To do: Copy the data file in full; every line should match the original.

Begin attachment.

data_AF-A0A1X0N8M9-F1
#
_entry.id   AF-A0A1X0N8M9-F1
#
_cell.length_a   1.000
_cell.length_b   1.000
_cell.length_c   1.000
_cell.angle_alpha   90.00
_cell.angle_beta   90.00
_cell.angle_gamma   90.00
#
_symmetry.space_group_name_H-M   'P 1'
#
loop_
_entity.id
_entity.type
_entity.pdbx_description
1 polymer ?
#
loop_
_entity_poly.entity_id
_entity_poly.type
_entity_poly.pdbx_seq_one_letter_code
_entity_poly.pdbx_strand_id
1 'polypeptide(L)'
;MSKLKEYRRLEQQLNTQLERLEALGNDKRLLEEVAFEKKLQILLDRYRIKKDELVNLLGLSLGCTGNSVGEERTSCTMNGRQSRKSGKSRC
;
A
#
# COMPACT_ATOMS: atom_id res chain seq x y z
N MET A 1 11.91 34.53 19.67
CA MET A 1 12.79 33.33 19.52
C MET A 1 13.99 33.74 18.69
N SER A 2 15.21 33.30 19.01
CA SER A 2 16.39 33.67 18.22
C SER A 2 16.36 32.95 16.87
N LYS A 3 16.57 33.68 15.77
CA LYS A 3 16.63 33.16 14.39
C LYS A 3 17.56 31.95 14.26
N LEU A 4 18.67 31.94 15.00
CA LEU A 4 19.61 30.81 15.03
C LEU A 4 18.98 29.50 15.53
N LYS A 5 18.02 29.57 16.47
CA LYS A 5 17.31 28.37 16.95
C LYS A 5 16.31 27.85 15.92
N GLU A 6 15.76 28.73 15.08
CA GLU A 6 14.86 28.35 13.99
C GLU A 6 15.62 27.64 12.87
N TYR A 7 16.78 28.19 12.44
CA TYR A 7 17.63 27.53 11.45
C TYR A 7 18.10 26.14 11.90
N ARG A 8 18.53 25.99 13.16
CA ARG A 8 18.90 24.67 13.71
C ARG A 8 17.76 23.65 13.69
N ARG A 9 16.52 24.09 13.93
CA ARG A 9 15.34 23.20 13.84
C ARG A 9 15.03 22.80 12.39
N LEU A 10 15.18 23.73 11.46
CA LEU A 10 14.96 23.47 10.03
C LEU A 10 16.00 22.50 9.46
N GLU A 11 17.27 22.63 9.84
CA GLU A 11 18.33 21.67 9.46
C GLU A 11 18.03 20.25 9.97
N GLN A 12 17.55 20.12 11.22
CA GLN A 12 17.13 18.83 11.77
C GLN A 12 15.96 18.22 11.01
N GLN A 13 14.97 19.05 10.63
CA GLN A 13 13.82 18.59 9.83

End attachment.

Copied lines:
data_AF-A0A1X0N8M9-F1
#
_entry.id   AF-A0A1X0N8M9-F1
#
_cell.length_a   1.000
_cell.length_b   1.000
_cell.length_c   1.000
_cell.angle_alpha   90.00
_cell.angle_beta   90.00
_cell.angle_gamma   90.00
#
_symmetry.space_group_name_H-M   'P 1'
#
loop_
_entity.id
_entity.type
_entity.pdbx_description
1 polymer ?
#
loop_
_entity_poly.entity_id
_entity_poly.type
_entity_poly.pdbx_seq_one_letter_code
_entity_poly.pdbx_strand_id
1 'polypeptide(L)'
;MSKLKEYRRLEQQLNTQLERLEALGNDKRLLEEVAFEKKLQILLDRYRIKKDELVNLLGLSLGCTGNSVGEERTSCTMNGRQSRKSGKSRC
;
A
#
# COMPACT_ATOMS: atom_id res chain seq x y z
N MET A 1 11.91 34.53 19.67
CA MET A 1 12.79 33.33 19.52
C MET A 1 13.99 33.74 18.69
N SER A 2 15.21 33.30 19.01
CA SER A 2 16.39 33.67 18.22
C SER A 2 16.36 32.95 16.87
N LYS A 3 16.57 33.68 15.77
CA LYS A 3 16.63 33.16 14.39
C LYS A 3 17.56 31.95 14.26
N LEU A 4 18.67 31.94 15.00
CA LEU A 4 19.61 30.81 15.03
C LEU A 4 18.98 29.50 15.53
N LYS A 5 18.02 29.57 16.47
CA LYS A 5 17.31 28.37 16.95
C LYS A 5 16.31 27.85 15.92
N GLU A 6 15.76 28.73 15.08
CA GLU A 6 14.86 28.35 13.99
C GLU A 6 15.62 27.64 12.87
N TYR A 7 16.78 28.19 12.44
CA TYR A 7 17.63 27.53 11.45
C TYR A 7 18.10 26.14 11.90
N ARG A 8 18.53 25.99 13.16
CA ARG A 8 18.90 24.67 13.71
C ARG A 8 17.76 23.65 13.69
N ARG A 9 16.52 24.09 13.93
CA ARG A 9 15.34 23.20 13.84
C ARG A 9 15.03 22.80 12.39
N LEU A 10 15.18 23.73 11.46
CA LEU A 10 14.96 23.47 10.03
C LEU A 10 16.00 22.50 9.46
N GLU A 11 17.27 22.63 9.84
CA GLU A 11 18.33 21.67 9.46
C GLU A 11 18.03 20.25 9.97
N GLN A 12 17.55 20.12 11.22
CA GLN A 12 17.13 18.83 11.77
C GLN A 12 15.96 18.22 11.01
N GLN A 13 14.97 19.05 10.63
CA GLN A 13 13.82 18.59 9.83